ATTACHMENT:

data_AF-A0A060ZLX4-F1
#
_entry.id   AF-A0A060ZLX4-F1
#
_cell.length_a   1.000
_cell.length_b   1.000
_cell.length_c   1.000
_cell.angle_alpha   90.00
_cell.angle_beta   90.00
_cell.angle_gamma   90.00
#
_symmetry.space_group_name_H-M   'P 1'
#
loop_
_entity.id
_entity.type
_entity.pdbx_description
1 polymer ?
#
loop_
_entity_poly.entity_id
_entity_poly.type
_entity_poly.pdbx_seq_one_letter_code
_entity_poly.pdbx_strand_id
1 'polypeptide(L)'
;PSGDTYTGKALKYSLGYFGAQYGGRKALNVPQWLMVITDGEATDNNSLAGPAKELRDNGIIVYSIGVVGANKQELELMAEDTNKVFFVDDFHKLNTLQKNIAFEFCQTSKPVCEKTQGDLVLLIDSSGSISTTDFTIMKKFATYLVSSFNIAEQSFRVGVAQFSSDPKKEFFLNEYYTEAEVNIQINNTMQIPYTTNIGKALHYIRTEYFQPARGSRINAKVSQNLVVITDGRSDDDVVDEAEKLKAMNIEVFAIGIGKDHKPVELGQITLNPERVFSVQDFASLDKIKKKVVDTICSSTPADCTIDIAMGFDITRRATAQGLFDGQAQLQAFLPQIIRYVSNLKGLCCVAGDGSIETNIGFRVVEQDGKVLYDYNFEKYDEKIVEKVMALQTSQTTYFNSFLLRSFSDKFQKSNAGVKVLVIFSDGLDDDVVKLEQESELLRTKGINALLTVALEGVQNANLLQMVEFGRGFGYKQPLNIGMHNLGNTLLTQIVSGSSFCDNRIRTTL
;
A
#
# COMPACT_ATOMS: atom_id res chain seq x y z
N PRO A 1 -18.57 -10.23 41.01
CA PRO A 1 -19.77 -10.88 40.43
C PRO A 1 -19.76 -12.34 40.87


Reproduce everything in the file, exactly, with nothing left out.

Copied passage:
data_AF-A0A060ZLX4-F1
#
_entry.id   AF-A0A060ZLX4-F1
#
_cell.length_a   1.000
_cell.length_b   1.000
_cell.length_c   1.000
_cell.angle_alpha   90.00
_cell.angle_beta   90.00
_cell.angle_gamma   90.00
#
_symmetry.space_group_name_H-M   'P 1'
#
loop_
_entity.id
_entity.type
_entity.pdbx_description
1 polymer ?
#
loop_
_entity_poly.entity_id
_entity_poly.type
_entity_poly.pdbx_seq_one_letter_code
_entity_poly.pdbx_strand_id
1 'polypeptide(L)'
;PSGDTYTGKALKYSLGYFGAQYGGRKALNVPQWLMVITDGEATDNNSLAGPAKELRDNGIIVYSIGVVGANKQELELMAEDTNKVFFVDDFHKLNTLQKNIAFEFCQTSKPVCEKTQGDLVLLIDSSGSISTTDFTIMKKFATYLVSSFNIAEQSFRVGVAQFSSDPKKEFFLNEYYTEAEVNIQINNTMQIPYTTNIGKALHYIRTEYFQPARGSRINAKVSQNLVVITDGRSDDDVVDEAEKLKAMNIEVFAIGIGKDHKPVELGQITLNPERVFSVQDFASLDKIKKKVVDTICSSTPADCTIDIAMGFDITRRATAQGLFDGQAQLQAFLPQIIRYVSNLKGLCCVAGDGSIETNIGFRVVEQDGKVLYDYNFEKYDEKIVEKVMALQTSQTTYFNSFLLRSFSDKFQKSNAGVKVLVIFSDGLDDDVVKLEQESELLRTKGINALLTVALEGVQNANLLQMVEFGRGFGYKQPLNIGMHNLGNTLLTQIVSGSSFCDNRIRTTL
;
A
#
# COMPACT_ATOMS: atom_id res chain seq x y z
N PRO A 1 -18.57 -10.23 41.01
CA PRO A 1 -19.77 -10.88 40.43
C PRO A 1 -19.76 -12.34 40.87